Weber examines the various social classes which might function as the bearers of democratization in Russia, and comes to pessimistic conclusions. He explicitly addresses the dynamics of class conflict, as well as the conditions and consequences of revolution.
Weber discusses the events of 1905 and February 1917, accurately predicting that ′only a disastrous European war would lead to the final overthrow of the autocracy.′ He examines the issue of Russian ′liberalization′ and its prospects in a way that, after the dissolution of the Soviet Union, has great relevance today.
With its close attention to detail, its acute cameos of the major players in the revolutions and its often prophetic judgment, this book is a tour–de–force of political writing. It will add a significant chapter to our understanding of Weber′s life and work.
The Russian Revolutions will be welcomed by students and researchers in politics, sociology, modern history and Russian studies.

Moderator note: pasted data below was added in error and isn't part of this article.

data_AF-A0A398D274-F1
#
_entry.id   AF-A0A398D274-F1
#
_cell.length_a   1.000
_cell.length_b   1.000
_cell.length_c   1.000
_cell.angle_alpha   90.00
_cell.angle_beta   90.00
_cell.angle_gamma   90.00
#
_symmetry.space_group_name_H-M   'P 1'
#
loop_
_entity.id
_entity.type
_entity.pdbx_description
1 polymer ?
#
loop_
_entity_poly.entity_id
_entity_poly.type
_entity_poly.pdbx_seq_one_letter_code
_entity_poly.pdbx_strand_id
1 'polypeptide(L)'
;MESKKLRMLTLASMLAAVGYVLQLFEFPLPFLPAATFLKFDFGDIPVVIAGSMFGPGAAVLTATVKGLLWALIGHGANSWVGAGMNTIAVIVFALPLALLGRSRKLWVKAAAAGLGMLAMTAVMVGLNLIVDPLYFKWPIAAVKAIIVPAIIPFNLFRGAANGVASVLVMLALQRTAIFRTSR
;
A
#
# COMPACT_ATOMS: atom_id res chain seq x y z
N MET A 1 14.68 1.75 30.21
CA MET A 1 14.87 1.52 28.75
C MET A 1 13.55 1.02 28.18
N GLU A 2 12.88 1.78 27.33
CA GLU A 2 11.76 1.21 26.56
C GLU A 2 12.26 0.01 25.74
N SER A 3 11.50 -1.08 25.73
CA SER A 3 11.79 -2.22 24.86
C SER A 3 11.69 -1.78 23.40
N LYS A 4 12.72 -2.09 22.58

2. Bourgeois Democracy in Russia.
3. Russia′s Transition to Pseudo–constitutionalism.
4. Russia′s Transition to Pseudo–democracy.
5. The Russian Revolution and the Peace. Political Parties and Associations in Russia, 1905–1906.
"This volume will be of interest to two kinds of people: those who are interested in the sociology of Max Weber and those whose field is Russian history. For the historian of Russia, Weber′s ′chronicles′ of the 1905 revolution are extremely instructive. This is not only because they give a contemporary perspective on events, but because Weber was concerned to analyse the social dynamic behind the current crisis in Russia ... the insight they provide into the peculiarities of Russian social and political development is of a genuine and enduring value. They could even be read with profit by those wishing to understand Russian society of the present day!" Slavonica